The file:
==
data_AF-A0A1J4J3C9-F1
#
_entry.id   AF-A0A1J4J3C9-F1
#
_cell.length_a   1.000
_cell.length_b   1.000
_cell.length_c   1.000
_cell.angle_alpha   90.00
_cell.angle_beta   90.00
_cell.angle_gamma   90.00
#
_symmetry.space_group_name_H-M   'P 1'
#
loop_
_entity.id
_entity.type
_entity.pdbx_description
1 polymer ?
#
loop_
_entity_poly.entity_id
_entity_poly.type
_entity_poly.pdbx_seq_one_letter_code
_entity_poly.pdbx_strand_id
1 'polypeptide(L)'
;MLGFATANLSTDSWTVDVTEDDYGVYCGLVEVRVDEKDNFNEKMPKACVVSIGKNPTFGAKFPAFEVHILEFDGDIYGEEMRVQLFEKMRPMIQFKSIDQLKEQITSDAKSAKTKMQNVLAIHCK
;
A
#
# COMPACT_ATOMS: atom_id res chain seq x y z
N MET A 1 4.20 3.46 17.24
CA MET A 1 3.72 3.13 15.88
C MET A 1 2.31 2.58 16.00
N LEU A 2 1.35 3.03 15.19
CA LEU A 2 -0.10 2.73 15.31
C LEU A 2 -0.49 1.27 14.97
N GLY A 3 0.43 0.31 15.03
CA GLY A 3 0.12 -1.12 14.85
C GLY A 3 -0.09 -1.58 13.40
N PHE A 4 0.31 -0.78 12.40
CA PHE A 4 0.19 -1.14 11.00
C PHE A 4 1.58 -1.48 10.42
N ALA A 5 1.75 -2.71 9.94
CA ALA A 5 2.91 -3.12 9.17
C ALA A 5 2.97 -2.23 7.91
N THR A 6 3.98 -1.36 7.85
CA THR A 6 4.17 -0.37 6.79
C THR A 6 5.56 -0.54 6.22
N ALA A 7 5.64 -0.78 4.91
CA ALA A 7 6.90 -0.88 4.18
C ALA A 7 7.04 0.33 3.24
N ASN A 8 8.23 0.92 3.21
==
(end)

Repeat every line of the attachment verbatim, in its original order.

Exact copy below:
data_AF-A0A1J4J3C9-F1
#
_entry.id   AF-A0A1J4J3C9-F1
#
_cell.length_a   1.000
_cell.length_b   1.000
_cell.length_c   1.000
_cell.angle_alpha   90.00
_cell.angle_beta   90.00
_cell.angle_gamma   90.00
#
_symmetry.space_group_name_H-M   'P 1'
#
loop_
_entity.id
_entity.type
_entity.pdbx_description
1 polymer ?
#
loop_
_entity_poly.entity_id
_entity_poly.type
_entity_poly.pdbx_seq_one_letter_code
_entity_poly.pdbx_strand_id
1 'polypeptide(L)'
;MLGFATANLSTDSWTVDVTEDDYGVYCGLVEVRVDEKDNFNEKMPKACVVSIGKNPTFGAKFPAFEVHILEFDGDIYGEEMRVQLFEKMRPMIQFKSIDQLKEQITSDAKSAKTKMQNVLAIHCK
;
A
#
# COMPACT_ATOMS: atom_id res chain seq x y z
N MET A 1 4.20 3.46 17.24
CA MET A 1 3.72 3.13 15.88
C MET A 1 2.31 2.58 16.00
N LEU A 2 1.35 3.03 15.19
CA LEU A 2 -0.10 2.73 15.31
C LEU A 2 -0.49 1.27 14.97
N GLY A 3 0.43 0.31 15.03
CA GLY A 3 0.12 -1.12 14.85
C GLY A 3 -0.09 -1.58 13.40
N PHE A 4 0.31 -0.78 12.40
CA PHE A 4 0.19 -1.14 11.00
C PHE A 4 1.58 -1.48 10.42
N ALA A 5 1.75 -2.71 9.94
CA ALA A 5 2.91 -3.12 9.17
C ALA A 5 2.97 -2.23 7.91
N THR A 6 3.98 -1.36 7.85
CA THR A 6 4.17 -0.37 6.79
C THR A 6 5.56 -0.54 6.22
N ALA A 7 5.64 -0.78 4.91
CA ALA A 7 6.90 -0.88 4.18
C ALA A 7 7.04 0.33 3.24
N ASN A 8 8.23 0.92 3.21